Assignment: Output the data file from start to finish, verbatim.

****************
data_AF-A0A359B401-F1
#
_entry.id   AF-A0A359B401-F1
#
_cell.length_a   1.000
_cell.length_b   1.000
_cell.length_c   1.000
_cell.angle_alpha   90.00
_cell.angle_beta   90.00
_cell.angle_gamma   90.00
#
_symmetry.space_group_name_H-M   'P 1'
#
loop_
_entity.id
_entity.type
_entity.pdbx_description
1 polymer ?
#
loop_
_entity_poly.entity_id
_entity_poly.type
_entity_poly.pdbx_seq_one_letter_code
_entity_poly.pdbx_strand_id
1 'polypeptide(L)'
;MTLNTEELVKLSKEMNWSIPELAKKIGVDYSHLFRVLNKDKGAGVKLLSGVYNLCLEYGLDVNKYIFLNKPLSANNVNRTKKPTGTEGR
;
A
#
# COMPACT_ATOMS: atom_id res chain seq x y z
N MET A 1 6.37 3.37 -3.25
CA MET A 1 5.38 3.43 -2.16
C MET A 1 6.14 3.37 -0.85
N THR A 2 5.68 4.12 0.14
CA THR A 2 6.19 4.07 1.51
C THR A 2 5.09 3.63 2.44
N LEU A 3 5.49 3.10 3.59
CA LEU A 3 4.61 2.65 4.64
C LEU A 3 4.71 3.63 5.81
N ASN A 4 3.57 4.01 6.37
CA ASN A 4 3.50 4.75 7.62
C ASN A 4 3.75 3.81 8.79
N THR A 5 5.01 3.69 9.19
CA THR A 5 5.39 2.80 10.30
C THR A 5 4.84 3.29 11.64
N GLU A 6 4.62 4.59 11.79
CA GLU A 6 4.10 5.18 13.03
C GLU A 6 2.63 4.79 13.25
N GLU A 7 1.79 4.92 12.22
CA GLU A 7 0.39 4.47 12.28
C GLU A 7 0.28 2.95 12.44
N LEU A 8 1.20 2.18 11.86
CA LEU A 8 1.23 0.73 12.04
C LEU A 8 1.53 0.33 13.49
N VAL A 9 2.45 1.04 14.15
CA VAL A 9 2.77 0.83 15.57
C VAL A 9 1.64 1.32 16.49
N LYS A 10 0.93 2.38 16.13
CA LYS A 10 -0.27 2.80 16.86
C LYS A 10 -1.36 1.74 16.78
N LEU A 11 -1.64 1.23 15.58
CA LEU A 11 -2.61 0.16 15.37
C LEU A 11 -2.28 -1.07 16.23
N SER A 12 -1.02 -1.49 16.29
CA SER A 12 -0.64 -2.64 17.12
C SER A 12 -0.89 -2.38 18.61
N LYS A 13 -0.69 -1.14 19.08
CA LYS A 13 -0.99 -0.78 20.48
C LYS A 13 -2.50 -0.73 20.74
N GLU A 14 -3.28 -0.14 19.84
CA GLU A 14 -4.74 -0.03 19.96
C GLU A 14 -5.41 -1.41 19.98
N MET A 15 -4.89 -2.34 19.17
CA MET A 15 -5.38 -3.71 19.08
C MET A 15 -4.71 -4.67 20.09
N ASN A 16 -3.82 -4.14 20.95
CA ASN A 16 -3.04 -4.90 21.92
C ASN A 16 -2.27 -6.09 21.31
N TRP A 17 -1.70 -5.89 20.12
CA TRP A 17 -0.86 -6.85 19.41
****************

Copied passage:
data_AF-A0A359B401-F1
#
_entry.id   AF-A0A359B401-F1
#
_cell.length_a   1.000
_cell.length_b   1.000
_cell.length_c   1.000
_cell.angle_alpha   90.00
_cell.angle_beta   90.00
_cell.angle_gamma   90.00
#
_symmetry.space_group_name_H-M   'P 1'
#
loop_
_entity.id
_entity.type
_entity.pdbx_description
1 polymer ?
#
loop_
_entity_poly.entity_id
_entity_poly.type
_entity_poly.pdbx_seq_one_letter_code
_entity_poly.pdbx_strand_id
1 'polypeptide(L)'
;MTLNTEELVKLSKEMNWSIPELAKKIGVDYSHLFRVLNKDKGAGVKLLSGVYNLCLEYGLDVNKYIFLNKPLSANNVNRTKKPTGTEGR
;
A
#
# COMPACT_ATOMS: atom_id res chain seq x y z
N MET A 1 6.37 3.37 -3.25
CA MET A 1 5.38 3.43 -2.16
C MET A 1 6.14 3.37 -0.85
N THR A 2 5.68 4.12 0.14
CA THR A 2 6.19 4.07 1.51
C THR A 2 5.09 3.63 2.44
N LEU A 3 5.49 3.10 3.59
CA LEU A 3 4.61 2.65 4.64
C LEU A 3 4.71 3.63 5.81
N ASN A 4 3.57 4.01 6.37
CA ASN A 4 3.50 4.75 7.62
C ASN A 4 3.75 3.81 8.79
N THR A 5 5.01 3.69 9.19
CA THR A 5 5.39 2.80 10.30
C THR A 5 4.84 3.29 11.64
N GLU A 6 4.62 4.59 11.79
CA GLU A 6 4.10 5.18 13.03
C GLU A 6 2.63 4.79 13.25
N GLU A 7 1.79 4.92 12.22
CA GLU A 7 0.39 4.47 12.28
C GLU A 7 0.28 2.95 12.44
N LEU A 8 1.20 2.18 11.86
CA LEU A 8 1.23 0.73 12.04
C LEU A 8 1.53 0.33 13.49
N VAL A 9 2.45 1.04 14.15
CA VAL A 9 2.77 0.83 15.57
C VAL A 9 1.64 1.32 16.49
N LYS A 10 0.93 2.38 16.13
CA LYS A 10 -0.27 2.80 16.86
C LYS A 10 -1.36 1.74 16.78
N LEU A 11 -1.64 1.23 15.58
CA LEU A 11 -2.61 0.16 15.37
C LEU A 11 -2.28 -1.07 16.23
N SER A 12 -1.02 -1.49 16.29
CA SER A 12 -0.64 -2.64 17.12
C SER A 12 -0.89 -2.38 18.61
N LYS A 13 -0.69 -1.14 19.08
CA LYS A 13 -0.99 -0.78 20.48
C LYS A 13 -2.50 -0.73 20.74
N GLU A 14 -3.28 -0.14 19.84
CA GLU A 14 -4.74 -0.03 19.96
C GLU A 14 -5.41 -1.41 19.98
N MET A 15 -4.89 -2.34 19.17
CA MET A 15 -5.38 -3.71 19.08
C MET A 15 -4.71 -4.67 20.09
N ASN A 16 -3.82 -4.14 20.95
CA ASN A 16 -3.04 -4.90 21.92
C ASN A 16 -2.27 -6.09 21.31
N TRP A 17 -1.70 -5.89 20.12
CA TRP A 17 -0.86 -6.85 19.41